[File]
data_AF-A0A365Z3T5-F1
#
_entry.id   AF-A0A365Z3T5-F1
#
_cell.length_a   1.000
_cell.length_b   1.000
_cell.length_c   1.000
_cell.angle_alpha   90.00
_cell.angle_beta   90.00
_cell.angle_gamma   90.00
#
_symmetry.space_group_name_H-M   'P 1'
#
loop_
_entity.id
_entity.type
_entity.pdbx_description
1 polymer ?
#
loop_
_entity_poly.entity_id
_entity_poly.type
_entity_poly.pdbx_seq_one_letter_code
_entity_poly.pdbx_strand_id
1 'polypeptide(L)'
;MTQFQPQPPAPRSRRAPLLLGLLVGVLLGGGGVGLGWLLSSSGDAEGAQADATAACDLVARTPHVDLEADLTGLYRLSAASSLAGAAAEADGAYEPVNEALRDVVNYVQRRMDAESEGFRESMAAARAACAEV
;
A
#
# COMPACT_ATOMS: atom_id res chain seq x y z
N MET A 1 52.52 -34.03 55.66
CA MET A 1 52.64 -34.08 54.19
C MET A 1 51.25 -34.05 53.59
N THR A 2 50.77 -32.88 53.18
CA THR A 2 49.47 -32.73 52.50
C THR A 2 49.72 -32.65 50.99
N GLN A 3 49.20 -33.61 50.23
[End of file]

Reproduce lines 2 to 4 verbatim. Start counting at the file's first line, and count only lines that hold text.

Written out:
#
_entry.id   AF-A0A365Z3T5-F1
#